Born Free Leap'n Lions RV Club

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PostPosted: Thu Aug 10, 2017 8:49 pm 

Joined: Wed Nov 30, 2005 9:11 pm
Posts: 415
Location: Minneapolis, Minnesota
We have driven safely on the left for 2964 miles in England and Scotland. That proved remarkably easy to get used to, and David got really good at negotiating traffic circles, of which there are thousands. Except for the major multilane motorways, or M’s, the “narrow road” label is really true, particularly in a wide American motorhome. But British drivers are used to it, stopping to let us and others pass through a narrow section, taking turns when necessary, and nearly always staying well on their side of the road.

(One example of the British driver’s courtesy and consideration for the other guy: on the Continent, flashing your headlights at another driver means “I have rights and I mean to exercise them,” e.g., to drive through this narrow section of road ahead of you or to go as fast as I want in the passing lane that you, a slower driver, are improperly occupying. In Britain, though, flashing your lights at another driver means “You may go first through this narrow section” or, as you are attempting to merge with traffic on the M, “Come on into the lane ahead of me; I’ll actually slow down to let you in.” And that attitude is common among truckers as well.)
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We are grateful that our only road-related momento is a scratch on our awning support. We are pretty sure we will return to the British Isles some day, certainly to London, maybe to Ireland, which we missed entirely; but we’re really sure we won’t be driving a motorhome when we do it. In fact, we deliberately left all our British maps and camping guides at the last campground.

But lest we leave you, dear reader, with the mistaken impression that this trip was all anxiety, please know that we love England still and had a great time. We hope that we have not overused the words “quaint” and “charming,” but quite frankly they apply to every village, town and old city centre we were in. Every one has buildings older than anywhere in the USA.

Most of the housing stock is built of stone, is very old and (often) is quite run down. But some has been well kept and updated, and some is quite new--although often in that row-house style of house-after-house-exactly-the-same for long blocks. Single family homes are rare; two-car garages even rarer. Many homes have a name, ranging from countless instances of “Rose Cottage” to “Butt House.”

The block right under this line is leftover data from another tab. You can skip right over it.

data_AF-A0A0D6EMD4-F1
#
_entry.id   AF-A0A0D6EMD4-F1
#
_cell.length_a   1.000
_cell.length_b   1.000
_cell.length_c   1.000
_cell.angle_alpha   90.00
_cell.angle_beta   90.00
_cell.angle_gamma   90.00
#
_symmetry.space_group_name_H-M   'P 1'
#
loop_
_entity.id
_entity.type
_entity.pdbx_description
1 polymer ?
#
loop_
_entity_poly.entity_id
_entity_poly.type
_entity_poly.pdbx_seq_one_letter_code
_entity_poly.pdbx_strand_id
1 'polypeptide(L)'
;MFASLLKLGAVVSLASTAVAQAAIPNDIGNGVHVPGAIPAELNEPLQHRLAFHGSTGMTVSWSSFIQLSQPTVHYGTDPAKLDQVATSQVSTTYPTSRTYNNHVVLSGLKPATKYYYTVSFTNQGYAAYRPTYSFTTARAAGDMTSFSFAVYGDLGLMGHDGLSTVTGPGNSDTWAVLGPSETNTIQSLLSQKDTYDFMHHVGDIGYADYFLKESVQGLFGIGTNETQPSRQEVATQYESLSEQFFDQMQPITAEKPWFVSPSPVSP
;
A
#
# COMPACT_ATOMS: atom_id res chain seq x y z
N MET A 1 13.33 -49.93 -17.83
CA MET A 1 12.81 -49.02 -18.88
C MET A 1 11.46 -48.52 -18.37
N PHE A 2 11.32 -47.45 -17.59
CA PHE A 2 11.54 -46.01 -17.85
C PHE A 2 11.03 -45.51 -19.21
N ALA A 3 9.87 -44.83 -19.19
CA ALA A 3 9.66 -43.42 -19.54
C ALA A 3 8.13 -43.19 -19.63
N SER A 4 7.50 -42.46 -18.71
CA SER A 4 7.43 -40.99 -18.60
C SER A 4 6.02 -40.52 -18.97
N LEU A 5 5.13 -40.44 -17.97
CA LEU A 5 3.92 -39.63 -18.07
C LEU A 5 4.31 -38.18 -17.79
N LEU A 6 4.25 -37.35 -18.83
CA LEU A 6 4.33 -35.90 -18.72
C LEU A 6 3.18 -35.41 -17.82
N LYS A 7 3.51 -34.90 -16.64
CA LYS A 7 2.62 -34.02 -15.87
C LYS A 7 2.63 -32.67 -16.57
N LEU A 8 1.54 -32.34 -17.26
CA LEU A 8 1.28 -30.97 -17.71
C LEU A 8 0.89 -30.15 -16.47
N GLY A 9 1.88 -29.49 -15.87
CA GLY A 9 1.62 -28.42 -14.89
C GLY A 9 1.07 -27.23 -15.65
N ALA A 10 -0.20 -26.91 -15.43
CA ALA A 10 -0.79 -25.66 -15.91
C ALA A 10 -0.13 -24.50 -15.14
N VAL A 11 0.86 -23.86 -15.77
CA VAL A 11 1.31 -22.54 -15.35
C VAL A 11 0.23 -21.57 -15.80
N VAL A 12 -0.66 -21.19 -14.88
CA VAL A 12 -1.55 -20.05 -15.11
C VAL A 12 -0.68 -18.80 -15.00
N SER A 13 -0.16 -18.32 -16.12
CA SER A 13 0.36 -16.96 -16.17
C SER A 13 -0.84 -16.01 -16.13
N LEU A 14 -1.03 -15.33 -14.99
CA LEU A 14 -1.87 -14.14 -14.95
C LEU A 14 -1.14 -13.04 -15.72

We saw some wonderful sites: not only all the places we had wanted to see (except for Peterborough Cathedral) but also many more that the National Trust and English Heritage plans (or “schemes”) alerted us to. Having to make reservations ahead of time proved to be relatively easy, although rather time-consuming, and if we had it to do over again, we would change only a couple of the choices we made. The campgrounds were always clean and well kept, and we felt safe everywhere (maybe a bit less so in Portsmouth and Glasgow, which were just too empty). We had WiFi coverage in most places, which helps a lot, especially when making reservations at campgrounds, and we didn’t have to stop at a single MacDonalds to use their free WiFi. We found Starbucks in every major city and in some small ones; aside from London, the record was Edinburgh, with six. Their shortbread chocolate chip biscuits (cookies) are wonderful, but the prize goes to the shortbread caramel chocolate frosted torte at the Burrell Collection in Glasgow. We had some memorably horrible, soggy fish and chips and also some too-hot-to-eat, crispy, tasty fish and chips. And we had perfect sunny weather for the first whole month, followed by typical off-and-on rain for the second month . . . which we didn’t allow to interfere with our plans much at all.

We will be spending a few days in Denmark and will post about that and then a week in Lillehammer, Norway, where we have a granddaughter and storage for Rover waiting for us. We will post again when we have added it all up (which is something we are not looking forward to this time).

Rover 2002 24ft RB

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